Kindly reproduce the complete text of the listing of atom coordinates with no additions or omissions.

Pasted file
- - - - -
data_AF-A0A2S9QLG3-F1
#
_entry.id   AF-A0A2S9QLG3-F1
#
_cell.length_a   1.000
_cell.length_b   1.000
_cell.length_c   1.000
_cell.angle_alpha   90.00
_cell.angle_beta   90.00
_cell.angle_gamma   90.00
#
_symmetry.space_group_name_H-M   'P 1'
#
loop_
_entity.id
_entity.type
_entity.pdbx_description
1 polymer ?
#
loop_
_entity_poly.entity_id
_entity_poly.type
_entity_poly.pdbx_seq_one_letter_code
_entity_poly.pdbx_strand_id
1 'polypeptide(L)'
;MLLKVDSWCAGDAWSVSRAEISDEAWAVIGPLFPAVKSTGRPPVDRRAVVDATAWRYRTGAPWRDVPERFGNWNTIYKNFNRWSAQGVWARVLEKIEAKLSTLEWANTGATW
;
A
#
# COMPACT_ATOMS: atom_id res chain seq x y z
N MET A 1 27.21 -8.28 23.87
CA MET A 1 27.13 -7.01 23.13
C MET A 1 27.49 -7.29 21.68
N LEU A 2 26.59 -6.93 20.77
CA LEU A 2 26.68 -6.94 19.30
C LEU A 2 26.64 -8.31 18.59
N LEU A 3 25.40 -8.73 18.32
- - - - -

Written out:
data_AF-A0A2S9QLG3-F1
#
_entry.id   AF-A0A2S9QLG3-F1
#
_cell.length_a   1.000
_cell.length_b   1.000
_cell.length_c   1.000
_cell.angle_alpha   90.00
_cell.angle_beta   90.00
_cell.angle_gamma   90.00
#
_symmetry.space_group_name_H-M   'P 1'
#
loop_
_entity.id
_entity.type
_entity.pdbx_description
1 polymer ?
#
loop_
_entity_poly.entity_id
_entity_poly.type
_entity_poly.pdbx_seq_one_letter_code
_entity_poly.pdbx_strand_id
1 'polypeptide(L)'
;MLLKVDSWCAGDAWSVSRAEISDEAWAVIGPLFPAVKSTGRPPVDRRAVVDATAWRYRTGAPWRDVPERFGNWNTIYKNFNRWSAQGVWARVLEKIEAKLSTLEWANTGATW
;
A
#
# COMPACT_ATOMS: atom_id res chain seq x y z
N MET A 1 27.21 -8.28 23.87
CA MET A 1 27.13 -7.01 23.13
C MET A 1 27.49 -7.29 21.68
N LEU A 2 26.59 -6.93 20.77
CA LEU A 2 26.68 -6.94 19.30
C LEU A 2 26.64 -8.31 18.59
N LEU A 3 25.40 -8.73 18.32